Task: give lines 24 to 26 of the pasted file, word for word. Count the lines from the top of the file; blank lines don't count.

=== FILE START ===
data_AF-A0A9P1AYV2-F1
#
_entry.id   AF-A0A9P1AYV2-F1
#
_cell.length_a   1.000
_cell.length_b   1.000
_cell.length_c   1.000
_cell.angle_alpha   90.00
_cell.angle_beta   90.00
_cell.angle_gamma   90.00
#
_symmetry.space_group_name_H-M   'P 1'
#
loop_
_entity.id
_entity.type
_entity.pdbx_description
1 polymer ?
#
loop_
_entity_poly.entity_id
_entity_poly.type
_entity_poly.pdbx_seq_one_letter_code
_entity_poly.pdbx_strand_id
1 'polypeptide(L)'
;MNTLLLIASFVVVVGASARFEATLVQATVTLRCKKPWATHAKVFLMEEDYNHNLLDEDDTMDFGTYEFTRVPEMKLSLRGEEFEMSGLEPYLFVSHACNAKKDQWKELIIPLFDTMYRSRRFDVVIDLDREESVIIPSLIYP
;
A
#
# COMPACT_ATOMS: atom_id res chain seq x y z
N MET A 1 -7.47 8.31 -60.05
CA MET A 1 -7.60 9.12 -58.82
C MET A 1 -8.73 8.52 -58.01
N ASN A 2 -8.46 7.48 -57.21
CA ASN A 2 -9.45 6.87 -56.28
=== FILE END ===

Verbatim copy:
_entity_poly.pdbx_strand_id
1 'polypeptide(L)'
;MNTLLLIASFVVVVGASARFEATLVQATVTLRCKKPWATHAKVFLMEEDYNHNLLDEDDTMDFGTYEFTRVPEMKLSLRGEEFEMSGLEPYLFVSHACNAKKDQWKELIIPLFDTMYRSRRFDVVIDLDREESVIIPSLIYP